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Q1:  Consider a discrete-time band-pass filter (BPF) that uses only two poles as

$$ H(z) = G \frac{1}{\big(1-r \, e^{j \omega_0} z^{-1}\big)\big(1-r \, e^{-j \omega_0} z^{-1}\big)} $$

where this filter has a center frequency of $\omega_0$. If this BPF was designed to have a very narrow bandwidth by selecting $r$ to be very close to unity, show that the 3dB bandwidth of the BPF filter is approximately given by

$$ BW_{3dB}=2(1-r) $$

(Hint:  Use a geometrical approach on the unit circle.)

 

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    $\begingroup$ If this is homework, please add the home work tag $\endgroup$ – Hilmar Jul 29 '18 at 19:18
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    $\begingroup$ this is not a band-pass filter (BPF), but is a low-pass filter (LPF). however if $$ 0 < 1-r \ll 1 $$ then it's an LPF with a resonant peak at frequency $\omega_0$. $\endgroup$ – robert bristow-johnson Jul 30 '18 at 6:47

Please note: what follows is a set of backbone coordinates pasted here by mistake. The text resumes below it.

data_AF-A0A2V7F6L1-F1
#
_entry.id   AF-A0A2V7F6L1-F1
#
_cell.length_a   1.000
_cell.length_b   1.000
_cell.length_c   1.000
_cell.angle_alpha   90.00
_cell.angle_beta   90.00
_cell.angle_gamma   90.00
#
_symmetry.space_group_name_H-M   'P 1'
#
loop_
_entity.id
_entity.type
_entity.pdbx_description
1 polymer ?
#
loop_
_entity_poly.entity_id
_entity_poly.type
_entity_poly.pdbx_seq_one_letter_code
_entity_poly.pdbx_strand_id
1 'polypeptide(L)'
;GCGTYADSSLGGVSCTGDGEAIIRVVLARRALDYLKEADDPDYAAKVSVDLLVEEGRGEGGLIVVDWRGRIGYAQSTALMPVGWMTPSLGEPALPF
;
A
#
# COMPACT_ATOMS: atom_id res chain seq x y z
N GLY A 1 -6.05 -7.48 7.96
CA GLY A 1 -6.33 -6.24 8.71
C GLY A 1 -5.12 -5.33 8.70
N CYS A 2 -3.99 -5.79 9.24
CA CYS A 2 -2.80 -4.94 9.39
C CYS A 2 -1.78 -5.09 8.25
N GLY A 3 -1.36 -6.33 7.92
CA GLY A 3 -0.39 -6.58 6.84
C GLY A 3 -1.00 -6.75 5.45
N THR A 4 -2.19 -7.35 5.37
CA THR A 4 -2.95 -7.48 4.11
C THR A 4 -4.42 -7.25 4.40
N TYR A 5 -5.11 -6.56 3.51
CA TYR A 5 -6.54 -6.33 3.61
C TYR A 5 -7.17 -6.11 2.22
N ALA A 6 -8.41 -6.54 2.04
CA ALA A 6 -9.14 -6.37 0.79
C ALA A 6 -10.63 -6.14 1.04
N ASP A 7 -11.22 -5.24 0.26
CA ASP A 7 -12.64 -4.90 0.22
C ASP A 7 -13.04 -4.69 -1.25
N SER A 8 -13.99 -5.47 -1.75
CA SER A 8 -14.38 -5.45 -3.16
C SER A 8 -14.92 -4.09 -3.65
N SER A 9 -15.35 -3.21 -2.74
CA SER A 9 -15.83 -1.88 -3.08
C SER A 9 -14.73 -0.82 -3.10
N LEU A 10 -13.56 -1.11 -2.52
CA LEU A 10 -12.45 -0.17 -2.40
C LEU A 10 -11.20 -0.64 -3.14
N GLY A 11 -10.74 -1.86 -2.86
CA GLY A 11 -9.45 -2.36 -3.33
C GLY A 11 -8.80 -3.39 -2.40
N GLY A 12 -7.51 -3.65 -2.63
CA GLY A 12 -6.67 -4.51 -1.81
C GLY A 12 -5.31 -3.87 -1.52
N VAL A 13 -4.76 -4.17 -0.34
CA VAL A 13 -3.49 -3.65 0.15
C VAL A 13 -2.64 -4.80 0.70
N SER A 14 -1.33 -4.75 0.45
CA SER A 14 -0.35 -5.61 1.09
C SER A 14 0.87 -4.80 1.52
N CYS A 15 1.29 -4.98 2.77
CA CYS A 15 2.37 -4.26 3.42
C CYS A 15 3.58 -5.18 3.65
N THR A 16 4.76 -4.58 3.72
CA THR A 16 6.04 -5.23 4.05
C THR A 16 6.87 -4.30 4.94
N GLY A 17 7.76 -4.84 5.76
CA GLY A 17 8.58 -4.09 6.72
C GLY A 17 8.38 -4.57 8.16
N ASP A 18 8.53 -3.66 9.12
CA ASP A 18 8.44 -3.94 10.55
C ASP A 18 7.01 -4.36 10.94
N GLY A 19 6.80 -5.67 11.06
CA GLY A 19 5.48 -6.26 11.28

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Here is (I think) what you are supposed to be doing

  1. Draw a diagram of the poles and the unit circle and zoom in on the area around the resonance frequency
  2. Estimate the relative gain as the inverse of the distance between the pole and the unit circle (assuming that conjugate pole is too far away to change the gain much over a narrow frequency range)
  3. Pencil in the -3dB points by, again, using distance as a representative for gain
  4. Ignore the curvature of the circle (since r is close to 1)
  5. Do some trigonometry to calculate the distance between the two -3dB points
  6. Convert this distance to a frequency difference.
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